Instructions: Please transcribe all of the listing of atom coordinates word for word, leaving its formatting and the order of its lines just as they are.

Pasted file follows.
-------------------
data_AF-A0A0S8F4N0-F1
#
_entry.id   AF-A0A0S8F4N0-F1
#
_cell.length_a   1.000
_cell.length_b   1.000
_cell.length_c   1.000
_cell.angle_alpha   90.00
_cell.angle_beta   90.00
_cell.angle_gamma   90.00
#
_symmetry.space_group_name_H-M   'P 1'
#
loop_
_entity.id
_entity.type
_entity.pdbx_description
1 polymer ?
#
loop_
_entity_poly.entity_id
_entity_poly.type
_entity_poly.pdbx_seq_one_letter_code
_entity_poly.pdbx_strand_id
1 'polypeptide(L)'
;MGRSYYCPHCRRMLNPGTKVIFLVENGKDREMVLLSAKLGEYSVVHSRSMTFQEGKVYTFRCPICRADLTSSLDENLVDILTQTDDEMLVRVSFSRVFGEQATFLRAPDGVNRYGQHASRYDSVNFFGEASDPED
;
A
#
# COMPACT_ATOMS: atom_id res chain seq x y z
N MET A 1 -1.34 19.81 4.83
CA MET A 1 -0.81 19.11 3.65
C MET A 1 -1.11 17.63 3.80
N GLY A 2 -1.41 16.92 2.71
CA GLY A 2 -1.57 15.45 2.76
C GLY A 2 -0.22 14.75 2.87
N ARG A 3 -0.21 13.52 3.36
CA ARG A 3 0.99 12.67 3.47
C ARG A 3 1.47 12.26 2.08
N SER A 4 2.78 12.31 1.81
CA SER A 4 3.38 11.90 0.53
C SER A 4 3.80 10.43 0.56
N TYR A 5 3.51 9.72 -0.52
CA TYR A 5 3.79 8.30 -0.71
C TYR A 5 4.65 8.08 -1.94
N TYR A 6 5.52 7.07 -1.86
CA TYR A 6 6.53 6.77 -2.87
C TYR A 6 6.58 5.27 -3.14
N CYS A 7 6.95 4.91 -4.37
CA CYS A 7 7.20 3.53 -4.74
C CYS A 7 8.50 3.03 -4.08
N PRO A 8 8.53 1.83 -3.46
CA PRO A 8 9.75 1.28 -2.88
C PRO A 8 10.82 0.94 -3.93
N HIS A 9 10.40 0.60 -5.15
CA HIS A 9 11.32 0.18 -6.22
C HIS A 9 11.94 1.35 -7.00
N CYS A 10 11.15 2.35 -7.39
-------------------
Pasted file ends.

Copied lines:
data_AF-A0A0S8F4N0-F1
#
_entry.id   AF-A0A0S8F4N0-F1
#
_cell.length_a   1.000
_cell.length_b   1.000
_cell.length_c   1.000
_cell.angle_alpha   90.00
_cell.angle_beta   90.00
_cell.angle_gamma   90.00
#
_symmetry.space_group_name_H-M   'P 1'
#
loop_
_entity.id
_entity.type
_entity.pdbx_description
1 polymer ?
#
loop_
_entity_poly.entity_id
_entity_poly.type
_entity_poly.pdbx_seq_one_letter_code
_entity_poly.pdbx_strand_id
1 'polypeptide(L)'
;MGRSYYCPHCRRMLNPGTKVIFLVENGKDREMVLLSAKLGEYSVVHSRSMTFQEGKVYTFRCPICRADLTSSLDENLVDILTQTDDEMLVRVSFSRVFGEQATFLRAPDGVNRYGQHASRYDSVNFFGEASDPED
;
A
#
# COMPACT_ATOMS: atom_id res chain seq x y z
N MET A 1 -1.34 19.81 4.83
CA MET A 1 -0.81 19.11 3.65
C MET A 1 -1.11 17.63 3.80
N GLY A 2 -1.41 16.92 2.71
CA GLY A 2 -1.57 15.45 2.76
C GLY A 2 -0.22 14.75 2.87
N ARG A 3 -0.21 13.52 3.36
CA ARG A 3 0.99 12.67 3.47
C ARG A 3 1.47 12.26 2.08
N SER A 4 2.78 12.31 1.81
CA SER A 4 3.38 11.90 0.53
C SER A 4 3.80 10.43 0.56
N TYR A 5 3.51 9.72 -0.52
CA TYR A 5 3.79 8.30 -0.71
C TYR A 5 4.65 8.08 -1.94
N TYR A 6 5.52 7.07 -1.86
CA TYR A 6 6.53 6.77 -2.87
C TYR A 6 6.58 5.27 -3.14
N CYS A 7 6.95 4.91 -4.37
CA CYS A 7 7.20 3.53 -4.74
C CYS A 7 8.50 3.03 -4.08
N PRO A 8 8.53 1.83 -3.46
CA PRO A 8 9.75 1.28 -2.88
C PRO A 8 10.82 0.94 -3.93
N HIS A 9 10.40 0.60 -5.15
CA HIS A 9 11.32 0.18 -6.22
C HIS A 9 11.94 1.35 -7.00
N CYS A 10 11.15 2.35 -7.39